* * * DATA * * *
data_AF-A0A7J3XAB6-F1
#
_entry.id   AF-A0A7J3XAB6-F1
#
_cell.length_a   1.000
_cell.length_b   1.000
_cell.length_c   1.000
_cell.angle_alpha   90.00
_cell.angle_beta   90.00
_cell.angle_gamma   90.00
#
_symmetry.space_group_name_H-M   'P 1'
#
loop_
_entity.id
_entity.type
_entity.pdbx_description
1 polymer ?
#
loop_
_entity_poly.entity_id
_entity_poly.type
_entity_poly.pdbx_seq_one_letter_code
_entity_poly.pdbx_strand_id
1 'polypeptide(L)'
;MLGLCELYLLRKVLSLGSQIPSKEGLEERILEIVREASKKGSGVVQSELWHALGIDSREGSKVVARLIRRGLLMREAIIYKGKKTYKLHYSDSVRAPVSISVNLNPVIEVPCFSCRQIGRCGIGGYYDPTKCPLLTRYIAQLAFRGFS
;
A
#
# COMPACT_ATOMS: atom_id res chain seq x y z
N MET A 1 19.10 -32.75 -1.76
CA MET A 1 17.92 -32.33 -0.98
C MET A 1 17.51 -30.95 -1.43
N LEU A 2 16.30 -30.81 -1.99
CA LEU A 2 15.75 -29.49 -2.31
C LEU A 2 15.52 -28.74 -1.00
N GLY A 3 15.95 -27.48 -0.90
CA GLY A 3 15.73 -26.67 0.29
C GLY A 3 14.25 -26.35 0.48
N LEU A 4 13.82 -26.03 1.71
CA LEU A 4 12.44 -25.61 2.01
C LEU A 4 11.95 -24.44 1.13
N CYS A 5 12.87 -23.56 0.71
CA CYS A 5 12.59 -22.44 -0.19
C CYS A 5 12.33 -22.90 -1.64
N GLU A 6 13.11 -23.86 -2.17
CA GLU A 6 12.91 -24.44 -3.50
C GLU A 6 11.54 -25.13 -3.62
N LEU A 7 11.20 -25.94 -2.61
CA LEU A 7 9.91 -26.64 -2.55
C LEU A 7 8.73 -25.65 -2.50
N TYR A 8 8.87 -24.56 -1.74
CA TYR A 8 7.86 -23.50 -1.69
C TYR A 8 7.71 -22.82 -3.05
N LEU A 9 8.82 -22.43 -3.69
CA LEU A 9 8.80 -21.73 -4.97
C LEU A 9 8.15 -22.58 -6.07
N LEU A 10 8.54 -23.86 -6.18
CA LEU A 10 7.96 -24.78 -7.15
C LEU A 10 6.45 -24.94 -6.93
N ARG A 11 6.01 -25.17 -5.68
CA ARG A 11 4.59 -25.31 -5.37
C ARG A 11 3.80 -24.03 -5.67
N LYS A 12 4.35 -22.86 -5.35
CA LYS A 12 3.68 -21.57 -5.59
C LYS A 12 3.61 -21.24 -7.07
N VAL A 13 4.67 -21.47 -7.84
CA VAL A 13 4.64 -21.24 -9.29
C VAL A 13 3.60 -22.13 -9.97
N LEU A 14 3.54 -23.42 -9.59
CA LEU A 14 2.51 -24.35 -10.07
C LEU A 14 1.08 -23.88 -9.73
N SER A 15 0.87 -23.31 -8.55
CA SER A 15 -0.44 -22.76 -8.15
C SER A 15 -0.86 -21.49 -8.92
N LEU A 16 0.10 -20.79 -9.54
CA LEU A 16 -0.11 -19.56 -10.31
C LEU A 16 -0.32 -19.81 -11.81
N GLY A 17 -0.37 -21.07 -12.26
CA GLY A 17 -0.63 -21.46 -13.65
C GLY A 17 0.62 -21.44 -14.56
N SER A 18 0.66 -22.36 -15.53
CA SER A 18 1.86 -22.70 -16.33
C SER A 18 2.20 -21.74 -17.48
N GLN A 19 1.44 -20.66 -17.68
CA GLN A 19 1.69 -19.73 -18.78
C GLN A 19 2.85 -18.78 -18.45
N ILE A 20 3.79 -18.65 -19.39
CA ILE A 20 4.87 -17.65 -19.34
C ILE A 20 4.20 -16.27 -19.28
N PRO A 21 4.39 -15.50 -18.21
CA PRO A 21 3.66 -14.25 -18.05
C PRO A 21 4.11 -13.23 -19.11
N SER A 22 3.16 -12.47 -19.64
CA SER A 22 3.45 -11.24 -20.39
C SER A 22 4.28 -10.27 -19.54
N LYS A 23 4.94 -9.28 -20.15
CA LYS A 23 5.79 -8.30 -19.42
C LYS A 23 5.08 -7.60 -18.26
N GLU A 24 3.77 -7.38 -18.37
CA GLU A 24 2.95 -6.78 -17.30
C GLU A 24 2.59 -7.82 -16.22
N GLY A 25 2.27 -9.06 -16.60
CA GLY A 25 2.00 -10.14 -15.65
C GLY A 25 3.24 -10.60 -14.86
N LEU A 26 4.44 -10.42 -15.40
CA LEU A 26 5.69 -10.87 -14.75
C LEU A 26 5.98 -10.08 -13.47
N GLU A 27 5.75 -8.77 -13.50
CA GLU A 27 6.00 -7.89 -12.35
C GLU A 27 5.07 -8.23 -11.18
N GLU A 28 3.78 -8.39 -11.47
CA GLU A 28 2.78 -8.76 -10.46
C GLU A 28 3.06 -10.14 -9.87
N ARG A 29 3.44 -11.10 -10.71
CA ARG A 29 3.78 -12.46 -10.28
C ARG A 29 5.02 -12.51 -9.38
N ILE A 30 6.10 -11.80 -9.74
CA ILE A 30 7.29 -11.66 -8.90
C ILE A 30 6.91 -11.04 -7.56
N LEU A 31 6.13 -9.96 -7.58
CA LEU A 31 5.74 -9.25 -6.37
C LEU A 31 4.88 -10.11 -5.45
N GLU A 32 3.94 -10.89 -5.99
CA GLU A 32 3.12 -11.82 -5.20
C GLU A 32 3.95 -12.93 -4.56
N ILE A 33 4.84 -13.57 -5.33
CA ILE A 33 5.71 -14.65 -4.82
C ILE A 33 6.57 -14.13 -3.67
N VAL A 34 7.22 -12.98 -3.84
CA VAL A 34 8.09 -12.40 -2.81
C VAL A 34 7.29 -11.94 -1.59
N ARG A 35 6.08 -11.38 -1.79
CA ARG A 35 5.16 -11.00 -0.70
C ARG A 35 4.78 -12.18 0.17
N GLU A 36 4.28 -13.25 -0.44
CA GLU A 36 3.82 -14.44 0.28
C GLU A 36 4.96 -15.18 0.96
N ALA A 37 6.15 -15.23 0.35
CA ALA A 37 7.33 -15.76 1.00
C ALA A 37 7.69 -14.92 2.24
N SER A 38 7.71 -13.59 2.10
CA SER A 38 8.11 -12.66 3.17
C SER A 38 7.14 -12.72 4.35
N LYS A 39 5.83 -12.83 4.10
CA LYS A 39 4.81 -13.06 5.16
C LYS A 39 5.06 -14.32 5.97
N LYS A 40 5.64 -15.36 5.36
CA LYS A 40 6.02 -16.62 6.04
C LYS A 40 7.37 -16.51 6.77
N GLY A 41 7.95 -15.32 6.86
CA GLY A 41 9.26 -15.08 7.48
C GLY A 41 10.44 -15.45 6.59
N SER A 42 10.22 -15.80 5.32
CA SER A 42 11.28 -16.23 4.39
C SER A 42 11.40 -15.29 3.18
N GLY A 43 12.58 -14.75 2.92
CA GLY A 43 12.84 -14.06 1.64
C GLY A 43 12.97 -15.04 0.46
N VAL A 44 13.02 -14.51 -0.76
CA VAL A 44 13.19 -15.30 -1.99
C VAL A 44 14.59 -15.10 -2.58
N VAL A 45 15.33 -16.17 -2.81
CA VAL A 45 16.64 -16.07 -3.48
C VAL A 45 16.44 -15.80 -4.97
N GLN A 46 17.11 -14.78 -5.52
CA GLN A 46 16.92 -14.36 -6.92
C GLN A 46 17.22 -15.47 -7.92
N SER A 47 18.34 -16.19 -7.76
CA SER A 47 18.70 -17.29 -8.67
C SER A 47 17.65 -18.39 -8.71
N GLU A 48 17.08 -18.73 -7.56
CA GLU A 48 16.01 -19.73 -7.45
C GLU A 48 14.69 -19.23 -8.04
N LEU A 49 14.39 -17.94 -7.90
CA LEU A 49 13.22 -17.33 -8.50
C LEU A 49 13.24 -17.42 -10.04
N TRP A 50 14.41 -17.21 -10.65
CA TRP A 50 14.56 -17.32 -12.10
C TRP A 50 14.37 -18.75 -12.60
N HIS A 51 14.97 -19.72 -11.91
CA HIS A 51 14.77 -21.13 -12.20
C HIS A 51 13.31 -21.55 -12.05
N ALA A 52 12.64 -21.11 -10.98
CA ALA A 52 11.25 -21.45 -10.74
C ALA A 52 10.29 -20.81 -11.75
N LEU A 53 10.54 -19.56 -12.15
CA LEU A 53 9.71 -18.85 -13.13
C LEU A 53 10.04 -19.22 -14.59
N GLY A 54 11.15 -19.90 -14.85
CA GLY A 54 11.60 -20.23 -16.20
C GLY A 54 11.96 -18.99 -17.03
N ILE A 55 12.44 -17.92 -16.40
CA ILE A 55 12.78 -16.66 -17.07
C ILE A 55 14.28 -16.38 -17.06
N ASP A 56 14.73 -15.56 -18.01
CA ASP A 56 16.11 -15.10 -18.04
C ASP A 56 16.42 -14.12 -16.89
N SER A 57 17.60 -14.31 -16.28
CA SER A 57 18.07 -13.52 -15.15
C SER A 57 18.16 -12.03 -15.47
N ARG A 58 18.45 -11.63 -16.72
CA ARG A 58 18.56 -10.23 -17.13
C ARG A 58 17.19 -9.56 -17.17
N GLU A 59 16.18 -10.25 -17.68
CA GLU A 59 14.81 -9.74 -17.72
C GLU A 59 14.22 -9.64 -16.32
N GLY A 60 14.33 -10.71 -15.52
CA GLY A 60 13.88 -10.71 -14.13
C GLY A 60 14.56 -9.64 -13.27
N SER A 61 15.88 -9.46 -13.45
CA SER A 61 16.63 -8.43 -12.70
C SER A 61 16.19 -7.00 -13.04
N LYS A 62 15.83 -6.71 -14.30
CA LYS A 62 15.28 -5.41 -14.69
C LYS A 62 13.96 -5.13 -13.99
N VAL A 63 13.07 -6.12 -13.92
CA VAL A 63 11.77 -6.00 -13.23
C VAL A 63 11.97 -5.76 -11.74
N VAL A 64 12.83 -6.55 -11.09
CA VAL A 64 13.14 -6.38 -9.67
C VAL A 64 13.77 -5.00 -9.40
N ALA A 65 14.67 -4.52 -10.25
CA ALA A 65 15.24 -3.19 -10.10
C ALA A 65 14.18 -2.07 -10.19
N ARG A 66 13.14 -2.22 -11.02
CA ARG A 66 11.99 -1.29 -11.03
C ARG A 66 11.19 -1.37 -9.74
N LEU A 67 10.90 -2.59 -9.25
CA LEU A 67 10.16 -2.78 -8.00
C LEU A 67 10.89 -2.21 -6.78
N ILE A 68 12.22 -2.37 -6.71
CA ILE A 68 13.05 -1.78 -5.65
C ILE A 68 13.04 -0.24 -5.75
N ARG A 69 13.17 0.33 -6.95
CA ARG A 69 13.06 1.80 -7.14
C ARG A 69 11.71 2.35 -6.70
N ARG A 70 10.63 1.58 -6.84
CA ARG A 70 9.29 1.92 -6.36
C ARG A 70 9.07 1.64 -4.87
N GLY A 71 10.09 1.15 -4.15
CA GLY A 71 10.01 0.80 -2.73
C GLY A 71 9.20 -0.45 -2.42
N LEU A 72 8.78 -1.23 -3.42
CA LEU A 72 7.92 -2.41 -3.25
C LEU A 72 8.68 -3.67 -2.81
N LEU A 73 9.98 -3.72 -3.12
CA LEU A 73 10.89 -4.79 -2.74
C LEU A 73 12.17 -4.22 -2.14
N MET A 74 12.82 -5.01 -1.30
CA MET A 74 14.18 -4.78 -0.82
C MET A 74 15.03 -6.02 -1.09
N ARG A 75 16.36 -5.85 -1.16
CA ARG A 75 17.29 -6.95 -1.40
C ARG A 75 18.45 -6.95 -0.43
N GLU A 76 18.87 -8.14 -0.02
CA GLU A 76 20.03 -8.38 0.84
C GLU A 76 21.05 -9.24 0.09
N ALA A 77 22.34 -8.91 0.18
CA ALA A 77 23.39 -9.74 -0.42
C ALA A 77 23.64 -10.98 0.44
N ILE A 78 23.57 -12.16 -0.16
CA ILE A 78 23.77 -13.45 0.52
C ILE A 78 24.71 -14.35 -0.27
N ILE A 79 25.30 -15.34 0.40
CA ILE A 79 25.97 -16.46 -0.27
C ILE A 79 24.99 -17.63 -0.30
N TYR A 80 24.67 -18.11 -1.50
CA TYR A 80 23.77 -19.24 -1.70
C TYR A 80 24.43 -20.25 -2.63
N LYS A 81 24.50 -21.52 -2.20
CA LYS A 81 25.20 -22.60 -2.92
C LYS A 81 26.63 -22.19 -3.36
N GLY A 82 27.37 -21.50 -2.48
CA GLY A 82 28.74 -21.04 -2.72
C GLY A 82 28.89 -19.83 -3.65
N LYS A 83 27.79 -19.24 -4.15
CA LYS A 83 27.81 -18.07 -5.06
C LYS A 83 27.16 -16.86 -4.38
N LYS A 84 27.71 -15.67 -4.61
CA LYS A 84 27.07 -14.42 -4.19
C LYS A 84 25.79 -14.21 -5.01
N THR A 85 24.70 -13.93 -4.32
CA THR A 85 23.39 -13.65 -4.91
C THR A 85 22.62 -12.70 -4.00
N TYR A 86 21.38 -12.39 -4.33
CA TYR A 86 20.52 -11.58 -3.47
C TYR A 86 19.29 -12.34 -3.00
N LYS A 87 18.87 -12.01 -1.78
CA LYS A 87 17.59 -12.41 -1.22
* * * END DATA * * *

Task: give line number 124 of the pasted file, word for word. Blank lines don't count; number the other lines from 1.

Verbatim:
N GLU A 32 3.94 -10.89 -5.99